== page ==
Don’t panic! Remember what I said about the Hydra. You want all the methods of water procurement. If you have a LifeStraw as your primary now, just start putting some feelers out for a filter that pumps by hand.
Field Crafted Biofilter
You can craft a crude water filter in the field using grass, rocks, sand, and pulverized charcoal.
Most of the filters we have discussed utilize some form of charcoal in their design. That is because products like activated charcoal are tremendously porous and have lots of surface area for gathering pathogens and contaminants.
Using a cut off sleeve, pantleg, handkerchief or shemagh, you can build a filter in the field. tie off one end so it can hold your filter materials.
- Start by adding a few handfuls of pulverized charcoal into your vessel.
- Then a few scoops of sand on top of the charcoal.
- Next, add a handful of fine rocks.
- Then a layer of larger rocks.
- Finally a layer of torn grasses.
You can filter water through this multiple times. Boil your water after filtering just to be sure it is fully disinfected.
I almost always boil my water before drinking it no matter what water filter I am using. It just gives me a clear conscience and one less thing to worry about.
Water Cleaning Solutions
Another means of disinfection is to utilize some form of solution. Here are the two solutions that I depend on for water disinfect when I am sourcing water in the wild.
Both of these solutions, when mixed correctly, can kill pathogens that will make you sick.
You can buy chlorine-based tablets like Aqua tabs for this type of disinfection. However, you can also depend on regular unscented bleach. I have even read about people using pool shock to clean water for drinking but I have never actually done it.
The simple formula we rely on is 8 drops of 6% unscented, nonconcentrated bleach per gallon of water you are disinfecting. If you have 8% bleach use 6 drops.
Disinfection takes time so stir the drops in and let your water sit for 30 minutes.
Tincture of Iodine
You can also use a 2% tincture of iodine to disinfect water. This solution is great but you must be careful of people with shellfish allergies as much of the iodine is sourced from shellfish.
The ratio is 5-10 drops of tincture per 32 fluid ounces of water.
The disparity of 5-10 drops has a lot to do with the water itself. Judge by the clarity and quality of your water source. The less you trust it the closer to 10 drops you should use.
Wait 5 minutes and disinfect the rim of your water bottle.
This is done by holding the bottle upside down and slowly unscrewing the top just until a water ring starts to form. You may lose a little water but that’s ok.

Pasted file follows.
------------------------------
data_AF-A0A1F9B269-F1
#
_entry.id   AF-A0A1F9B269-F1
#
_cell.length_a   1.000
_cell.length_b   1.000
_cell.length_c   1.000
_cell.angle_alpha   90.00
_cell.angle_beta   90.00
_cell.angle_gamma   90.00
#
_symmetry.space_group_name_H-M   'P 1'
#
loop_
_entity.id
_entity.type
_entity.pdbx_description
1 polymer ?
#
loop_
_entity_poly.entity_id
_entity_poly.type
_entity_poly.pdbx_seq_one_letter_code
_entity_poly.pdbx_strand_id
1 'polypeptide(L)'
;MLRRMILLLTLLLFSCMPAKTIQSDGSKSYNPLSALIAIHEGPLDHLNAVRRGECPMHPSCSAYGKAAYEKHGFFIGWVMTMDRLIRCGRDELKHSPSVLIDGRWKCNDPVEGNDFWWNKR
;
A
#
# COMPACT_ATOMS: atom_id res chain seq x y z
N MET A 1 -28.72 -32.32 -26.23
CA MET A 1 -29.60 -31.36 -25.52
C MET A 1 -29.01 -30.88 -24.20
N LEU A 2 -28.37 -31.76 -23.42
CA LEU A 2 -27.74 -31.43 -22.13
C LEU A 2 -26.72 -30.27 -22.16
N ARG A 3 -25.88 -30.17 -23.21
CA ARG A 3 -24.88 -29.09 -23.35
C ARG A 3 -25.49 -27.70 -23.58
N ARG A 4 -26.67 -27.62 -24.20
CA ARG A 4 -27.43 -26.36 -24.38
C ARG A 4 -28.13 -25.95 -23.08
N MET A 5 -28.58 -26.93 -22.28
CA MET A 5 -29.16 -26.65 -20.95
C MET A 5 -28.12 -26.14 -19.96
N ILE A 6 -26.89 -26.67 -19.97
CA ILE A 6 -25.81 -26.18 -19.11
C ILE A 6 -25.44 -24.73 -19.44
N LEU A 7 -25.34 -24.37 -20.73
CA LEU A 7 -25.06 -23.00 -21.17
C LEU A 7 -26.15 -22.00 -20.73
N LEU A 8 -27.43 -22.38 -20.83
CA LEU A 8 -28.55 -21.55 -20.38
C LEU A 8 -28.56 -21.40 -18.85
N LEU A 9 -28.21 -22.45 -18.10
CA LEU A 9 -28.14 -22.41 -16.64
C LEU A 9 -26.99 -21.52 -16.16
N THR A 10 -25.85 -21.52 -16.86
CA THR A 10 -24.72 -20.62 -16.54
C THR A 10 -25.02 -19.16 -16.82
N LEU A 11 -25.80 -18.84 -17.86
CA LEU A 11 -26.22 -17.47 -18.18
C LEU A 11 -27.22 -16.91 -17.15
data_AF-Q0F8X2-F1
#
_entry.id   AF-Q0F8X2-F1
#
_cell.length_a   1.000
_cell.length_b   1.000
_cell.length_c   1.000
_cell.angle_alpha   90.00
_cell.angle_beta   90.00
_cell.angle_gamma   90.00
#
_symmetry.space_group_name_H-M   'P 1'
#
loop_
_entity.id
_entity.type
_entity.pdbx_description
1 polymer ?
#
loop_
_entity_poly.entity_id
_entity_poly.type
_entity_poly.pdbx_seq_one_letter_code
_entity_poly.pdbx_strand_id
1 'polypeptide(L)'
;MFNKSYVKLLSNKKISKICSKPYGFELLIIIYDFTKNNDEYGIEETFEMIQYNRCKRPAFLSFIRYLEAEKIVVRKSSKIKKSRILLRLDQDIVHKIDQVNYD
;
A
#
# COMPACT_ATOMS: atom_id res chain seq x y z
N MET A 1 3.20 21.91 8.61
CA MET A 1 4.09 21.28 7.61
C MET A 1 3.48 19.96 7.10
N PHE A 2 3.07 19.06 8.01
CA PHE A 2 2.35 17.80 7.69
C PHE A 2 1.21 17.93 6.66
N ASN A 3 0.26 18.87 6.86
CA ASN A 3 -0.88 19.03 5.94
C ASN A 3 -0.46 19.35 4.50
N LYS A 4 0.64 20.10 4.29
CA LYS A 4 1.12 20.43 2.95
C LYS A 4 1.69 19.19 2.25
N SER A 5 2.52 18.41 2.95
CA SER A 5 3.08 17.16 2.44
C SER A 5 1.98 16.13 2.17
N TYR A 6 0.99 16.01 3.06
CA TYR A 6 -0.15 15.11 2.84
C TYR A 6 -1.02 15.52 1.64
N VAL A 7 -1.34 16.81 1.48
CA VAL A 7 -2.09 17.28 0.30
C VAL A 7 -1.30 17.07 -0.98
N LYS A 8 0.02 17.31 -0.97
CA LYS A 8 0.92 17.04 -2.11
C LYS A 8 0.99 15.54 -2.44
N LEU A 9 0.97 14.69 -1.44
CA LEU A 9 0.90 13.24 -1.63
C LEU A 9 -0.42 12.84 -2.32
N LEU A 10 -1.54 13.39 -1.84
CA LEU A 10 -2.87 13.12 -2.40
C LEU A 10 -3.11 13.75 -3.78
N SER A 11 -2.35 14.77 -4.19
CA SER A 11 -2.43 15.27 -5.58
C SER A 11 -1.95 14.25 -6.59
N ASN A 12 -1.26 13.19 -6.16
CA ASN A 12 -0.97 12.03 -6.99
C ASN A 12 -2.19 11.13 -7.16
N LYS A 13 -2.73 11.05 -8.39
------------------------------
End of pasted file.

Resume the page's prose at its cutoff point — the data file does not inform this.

Give it 30 more minutes to disinfect totally and you are ready to drink!
A Note on Water Transport
Water is heavy! Unless you are carrying bricks of ammo, for some reason, water will likely be your heaviest asset. It will be the biggest burden.
On a bugout, this isn’t the biggest deal because you are going to use that water as you go.
Eventually, you will be sourcing water from somewhere. It might be a well-thought-out system of cisterns and tanks or it could be from the local creek.
Carrying water to and fro by hand is going to eat up lots of calories and its going to take a lot of time. Now is the time to consider a better way.
This could be solar-powered pumps like those for your well or it could be a simple wheelbarrow to make carrying lots of water in buckets much easier. At the very least you should consider the massive strain that water transport will have on your human resources.
Those human resources might just be you!
Emergency water storage is a rare case. We only have 3 days to go without it but we have a slew of methods to keep it around, find more, disinfect it and even catch it from the sky!
In my opinion, you should be operating on as many levels of the emergency water gameboard as possible. A well-balanced emergency water storage plan is going to include all of the elements that we talked about in this article.
If you have any concerns with your disinfection methods or filters just boil the water as a fail-safe. Yes, its another step but it’s one that kills bacteria 100% of the time.
While we have a tendency to fantasize about things like bad guys with guns and radical events that could take us out in a serious disaster scenario, it will most likely be disease from lack of sanitation and personal hygiene.
Last week I spoke with a woman providing disaster relief in the Bahamas. Following the incredible havoc of that storm, her biggest concern was just what I mentioned above.
Clean water plays a massive role in how you execute sanitation and hygiene. Build it all into your emergency water storage plan.